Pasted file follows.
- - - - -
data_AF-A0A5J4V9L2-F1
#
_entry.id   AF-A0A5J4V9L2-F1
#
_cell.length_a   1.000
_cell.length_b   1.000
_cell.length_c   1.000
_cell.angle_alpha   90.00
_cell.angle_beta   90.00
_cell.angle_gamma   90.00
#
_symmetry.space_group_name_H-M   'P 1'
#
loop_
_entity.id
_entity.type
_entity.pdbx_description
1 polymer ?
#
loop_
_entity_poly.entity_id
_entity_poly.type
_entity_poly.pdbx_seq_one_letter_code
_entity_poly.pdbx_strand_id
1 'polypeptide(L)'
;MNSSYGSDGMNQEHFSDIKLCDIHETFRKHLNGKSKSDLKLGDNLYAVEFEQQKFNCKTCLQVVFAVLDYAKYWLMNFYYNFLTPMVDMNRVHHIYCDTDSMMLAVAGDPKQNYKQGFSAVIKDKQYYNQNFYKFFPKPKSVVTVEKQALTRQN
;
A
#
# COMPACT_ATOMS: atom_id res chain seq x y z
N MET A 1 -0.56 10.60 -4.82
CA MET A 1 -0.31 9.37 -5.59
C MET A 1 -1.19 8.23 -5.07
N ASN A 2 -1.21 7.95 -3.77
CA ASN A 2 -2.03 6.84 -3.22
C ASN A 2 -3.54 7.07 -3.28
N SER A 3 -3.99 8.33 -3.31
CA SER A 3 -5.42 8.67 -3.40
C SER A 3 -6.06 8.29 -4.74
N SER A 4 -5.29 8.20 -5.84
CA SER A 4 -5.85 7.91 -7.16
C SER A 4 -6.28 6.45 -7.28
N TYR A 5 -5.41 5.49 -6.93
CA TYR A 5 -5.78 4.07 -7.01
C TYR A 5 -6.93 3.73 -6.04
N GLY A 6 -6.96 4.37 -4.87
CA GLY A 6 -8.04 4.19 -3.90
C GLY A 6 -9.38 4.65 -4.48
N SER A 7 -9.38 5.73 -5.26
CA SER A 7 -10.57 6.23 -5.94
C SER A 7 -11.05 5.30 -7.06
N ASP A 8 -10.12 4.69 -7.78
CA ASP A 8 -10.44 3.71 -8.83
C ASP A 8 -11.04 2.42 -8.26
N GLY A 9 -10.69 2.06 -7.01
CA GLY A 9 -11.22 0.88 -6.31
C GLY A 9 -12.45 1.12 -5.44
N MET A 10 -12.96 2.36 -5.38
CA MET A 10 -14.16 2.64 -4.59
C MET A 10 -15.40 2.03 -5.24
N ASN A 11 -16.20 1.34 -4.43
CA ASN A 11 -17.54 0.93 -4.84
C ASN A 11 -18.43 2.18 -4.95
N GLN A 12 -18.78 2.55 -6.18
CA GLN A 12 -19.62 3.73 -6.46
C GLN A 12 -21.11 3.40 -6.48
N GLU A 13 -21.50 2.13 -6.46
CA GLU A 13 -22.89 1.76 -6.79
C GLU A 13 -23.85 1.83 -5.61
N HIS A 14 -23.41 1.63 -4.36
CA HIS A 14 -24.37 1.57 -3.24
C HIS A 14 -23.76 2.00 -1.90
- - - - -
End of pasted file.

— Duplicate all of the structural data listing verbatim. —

data_AF-A0A5J4V9L2-F1
#
_entry.id   AF-A0A5J4V9L2-F1
#
_cell.length_a   1.000
_cell.length_b   1.000
_cell.length_c   1.000
_cell.angle_alpha   90.00
_cell.angle_beta   90.00
_cell.angle_gamma   90.00
#
_symmetry.space_group_name_H-M   'P 1'
#
loop_
_entity.id
_entity.type
_entity.pdbx_description
1 polymer ?
#
loop_
_entity_poly.entity_id
_entity_poly.type
_entity_poly.pdbx_seq_one_letter_code
_entity_poly.pdbx_strand_id
1 'polypeptide(L)'
;MNSSYGSDGMNQEHFSDIKLCDIHETFRKHLNGKSKSDLKLGDNLYAVEFEQQKFNCKTCLQVVFAVLDYAKYWLMNFYYNFLTPMVDMNRVHHIYCDTDSMMLAVAGDPKQNYKQGFSAVIKDKQYYNQNFYKFFPKPKSVVTVEKQALTRQN
;
A
#
# COMPACT_ATOMS: atom_id res chain seq x y z
N MET A 1 -0.56 10.60 -4.82
CA MET A 1 -0.31 9.37 -5.59
C MET A 1 -1.19 8.23 -5.07
N ASN A 2 -1.21 7.95 -3.77
CA ASN A 2 -2.03 6.84 -3.22
C ASN A 2 -3.54 7.07 -3.28
N SER A 3 -3.99 8.33 -3.31
CA SER A 3 -5.42 8.67 -3.40
C SER A 3 -6.06 8.29 -4.74
N SER A 4 -5.29 8.20 -5.84
CA SER A 4 -5.85 7.91 -7.16
C SER A 4 -6.28 6.45 -7.28
N TYR A 5 -5.41 5.49 -6.93
CA TYR A 5 -5.78 4.07 -7.01
C TYR A 5 -6.93 3.73 -6.04
N GLY A 6 -6.96 4.37 -4.87
CA GLY A 6 -8.04 4.19 -3.90
C GLY A 6 -9.38 4.65 -4.48
N SER A 7 -9.38 5.73 -5.26
CA SER A 7 -10.57 6.23 -5.94
C SER A 7 -11.05 5.30 -7.06
N ASP A 8 -10.12 4.69 -7.78
CA ASP A 8 -10.44 3.71 -8.83
C ASP A 8 -11.04 2.42 -8.26
N GLY A 9 -10.69 2.06 -7.01
CA GLY A 9 -11.22 0.88 -6.31
C GLY A 9 -12.45 1.12 -5.44
N MET A 10 -12.96 2.36 -5.38
CA MET A 10 -14.16 2.64 -4.59
C MET A 10 -15.40 2.03 -5.24
N ASN A 11 -16.20 1.34 -4.43
CA ASN A 11 -17.54 0.93 -4.84
C ASN A 11 -18.43 2.18 -4.95
N GLN A 12 -18.78 2.55 -6.18
CA GLN A 12 -19.62 3.73 -6.46
C GLN A 12 -21.11 3.40 -6.48
N GLU A 13 -21.50 2.13 -6.46
CA GLU A 13 -22.89 1.76 -6.79
C GLU A 13 -23.85 1.83 -5.61
N HIS A 14 -23.41 1.63 -4.36
CA HIS A 14 -24.37 1.57 -3.24
C HIS A 14 -23.76 2.00 -1.90